Ocean Notion, a non-profit organization created by residents of the East Coast, is on a mission to preserve the ocean through cooperating with corporations, cleaning up beaches and offering educational outreach in the community.
Peter Mitchell, co-founder and CEO of the non-profit organization, explained how Ocean Notion was formed this past February. He said that last year, Tristen Rodgers and himself had the idea to start it, and asked their friend Martin Naro if he wanted to help.
“We didn’t think that we could give back enough just by ourselves,” Mitchell said. “This is something we were really passionate about growing up near the water, and what we had seen was just such a large problem with ocean pollution and the lack of recycling that happens in the country.”
Mitchell said that he and Rodgers started doing their own beach cleanups and realized there was only so much that a couple of people could do to make a difference, so they started Ocean Notion. He wanted to start to give back and said that if he engaged with the community more, he would be able to utilize his surroundings and really make a difference.
Catherine Barr, the environmental journalist in Ocean Notion, said that the organization is working to become nationally recognized, but right now there is only an official Rhode Island branch. Mitchell explained that Ocean Notion is currently in the process of expanding to Connecticut, Oregon and Washington. To do this, he said they use college communities as an outlet to reach the community in that city or state. Additionally, Barr explained that Ocean Notion is working with a corporation to implement and enforce the recycling program. On a simpler scale, Barr said that the organization does a lot of beach clean-ups. So far, they have removed 2,200 pounds of trash.
Right now, Barr said the organization is acting upon educational outreach in the community. She explained that Ocean Notion is working with a local Rhode Island high school to get a program started with AP environmental science or other environmental specific classes. By doing this, the organization hopes to bring awareness to recycling plastic and paper, instead of just throwing everything out. She said that it’s really important to reuse these items, even if it’s not possible to reduce them.
Barr, who is a sophomore at the University of Rhode Island and double majoring in environmental science and elementary education, said that she joined the organization because she loves being close to the ocean. Being a Chicago native, Barr had only ever been around lakes before coming to Rhode Island.
“I have grown to have such an appreciation and gratitude for [the ocean].” Barr said. “I think it’s really cool that we’re trying to get an organization involved with taking actual steps that are manageable to conserving our ocean, [and] our animal life in it.”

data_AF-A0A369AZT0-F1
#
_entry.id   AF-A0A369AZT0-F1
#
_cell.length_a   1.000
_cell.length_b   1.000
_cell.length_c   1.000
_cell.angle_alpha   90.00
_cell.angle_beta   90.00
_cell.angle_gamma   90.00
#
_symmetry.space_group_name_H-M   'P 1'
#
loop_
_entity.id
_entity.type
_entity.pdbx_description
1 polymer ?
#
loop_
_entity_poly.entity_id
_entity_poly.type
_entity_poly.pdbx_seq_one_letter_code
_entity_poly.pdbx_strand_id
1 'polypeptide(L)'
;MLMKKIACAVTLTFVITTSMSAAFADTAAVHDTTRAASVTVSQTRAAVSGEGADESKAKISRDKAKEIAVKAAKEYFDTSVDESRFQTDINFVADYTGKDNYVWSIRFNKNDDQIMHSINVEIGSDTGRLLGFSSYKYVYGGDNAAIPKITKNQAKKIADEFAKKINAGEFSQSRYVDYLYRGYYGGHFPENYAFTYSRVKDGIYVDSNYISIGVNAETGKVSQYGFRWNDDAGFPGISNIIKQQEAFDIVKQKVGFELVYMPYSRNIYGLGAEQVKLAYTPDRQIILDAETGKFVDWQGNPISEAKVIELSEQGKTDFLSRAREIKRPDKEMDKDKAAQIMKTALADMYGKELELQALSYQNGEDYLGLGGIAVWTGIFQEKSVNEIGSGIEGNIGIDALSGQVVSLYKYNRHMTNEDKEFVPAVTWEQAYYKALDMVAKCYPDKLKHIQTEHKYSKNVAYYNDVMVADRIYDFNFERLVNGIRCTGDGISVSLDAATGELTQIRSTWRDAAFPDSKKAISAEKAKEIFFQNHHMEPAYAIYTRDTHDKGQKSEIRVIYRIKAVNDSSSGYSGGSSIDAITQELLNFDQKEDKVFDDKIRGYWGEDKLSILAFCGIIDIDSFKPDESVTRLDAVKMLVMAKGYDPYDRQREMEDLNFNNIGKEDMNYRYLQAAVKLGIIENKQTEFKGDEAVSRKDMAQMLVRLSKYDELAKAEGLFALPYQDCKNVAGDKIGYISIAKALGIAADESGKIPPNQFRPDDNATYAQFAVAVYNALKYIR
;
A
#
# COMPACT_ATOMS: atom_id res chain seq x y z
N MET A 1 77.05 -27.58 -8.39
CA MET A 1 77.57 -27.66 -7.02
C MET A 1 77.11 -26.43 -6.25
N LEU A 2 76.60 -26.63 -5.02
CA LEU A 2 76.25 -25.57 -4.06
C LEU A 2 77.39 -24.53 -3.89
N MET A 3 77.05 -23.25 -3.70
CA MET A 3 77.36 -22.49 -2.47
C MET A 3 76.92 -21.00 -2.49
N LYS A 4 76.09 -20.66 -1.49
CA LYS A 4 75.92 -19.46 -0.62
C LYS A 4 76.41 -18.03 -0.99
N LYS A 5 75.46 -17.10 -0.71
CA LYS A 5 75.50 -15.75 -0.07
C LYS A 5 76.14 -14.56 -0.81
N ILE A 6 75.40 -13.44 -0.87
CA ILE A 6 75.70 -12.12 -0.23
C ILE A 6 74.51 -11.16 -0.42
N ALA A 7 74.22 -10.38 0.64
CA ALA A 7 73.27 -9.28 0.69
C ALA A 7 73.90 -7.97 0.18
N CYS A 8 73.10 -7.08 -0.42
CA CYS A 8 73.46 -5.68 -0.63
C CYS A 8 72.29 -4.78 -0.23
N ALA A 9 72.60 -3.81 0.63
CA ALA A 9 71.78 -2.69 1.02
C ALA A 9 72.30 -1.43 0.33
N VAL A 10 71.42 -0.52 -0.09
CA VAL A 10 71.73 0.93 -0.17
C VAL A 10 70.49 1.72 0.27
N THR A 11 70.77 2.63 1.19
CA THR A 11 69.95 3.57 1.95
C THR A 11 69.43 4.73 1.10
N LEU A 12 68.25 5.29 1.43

She said that the organization’s mission statement talks about how important the ocean is to us and our daily life, including simple things, like just breathing.
“Fifty percent of the oxygen we breathe comes from the ocean, we live in the ocean state, we’re on the East Coast and everyone loves the beach, so it’s a big part of our life here,” Barr said. “Environmentally speaking, there’s a lot of conservation that needs to be spread awareness wise, also taken action on.”
In the future, Mitchell’s goal is to help more corporations in the country to transition to a more effective recycling program. He said that this would entail working with corporations and local departments of environmental management offices to essentially set up recycling routes. This will increase recycling among employees and overall emphasize recycling within their company.
So far, the organization has four members on the executive branch level, seven positions at the URI branch, and about 120 volunteers. Mitchell said the branch at the university is funded by the nonprofit itself, through their ocean conservation fund. Barr said that the executive branch has emphasized how important it is to make sure their mission statement and what they do is very manageable, stable and doable. She said that Ocean Notion wants to ensure that they have a strong foundation — strong enough to be founders. Through dependability and small steps to spread on the East Coast, they hope to continue on the West Coast as well.
“We think global, act local,” Barr said. “With the beach clean up – that’s us taking small steps and making sure this could be spread and [be] implemented in other places when the organization starts to spread with these corporations and operating with them, but we have to start here. Improving the ocean one person at a time.”
To get involved with Ocean Notion, visit their website at ocean-notion.org and find the organization on social media. Meetings are held every Thursday at 5 p.m. in the Center for Biotechnology and Life Sciences (CBLS) on the fourth floor, and all are welcome.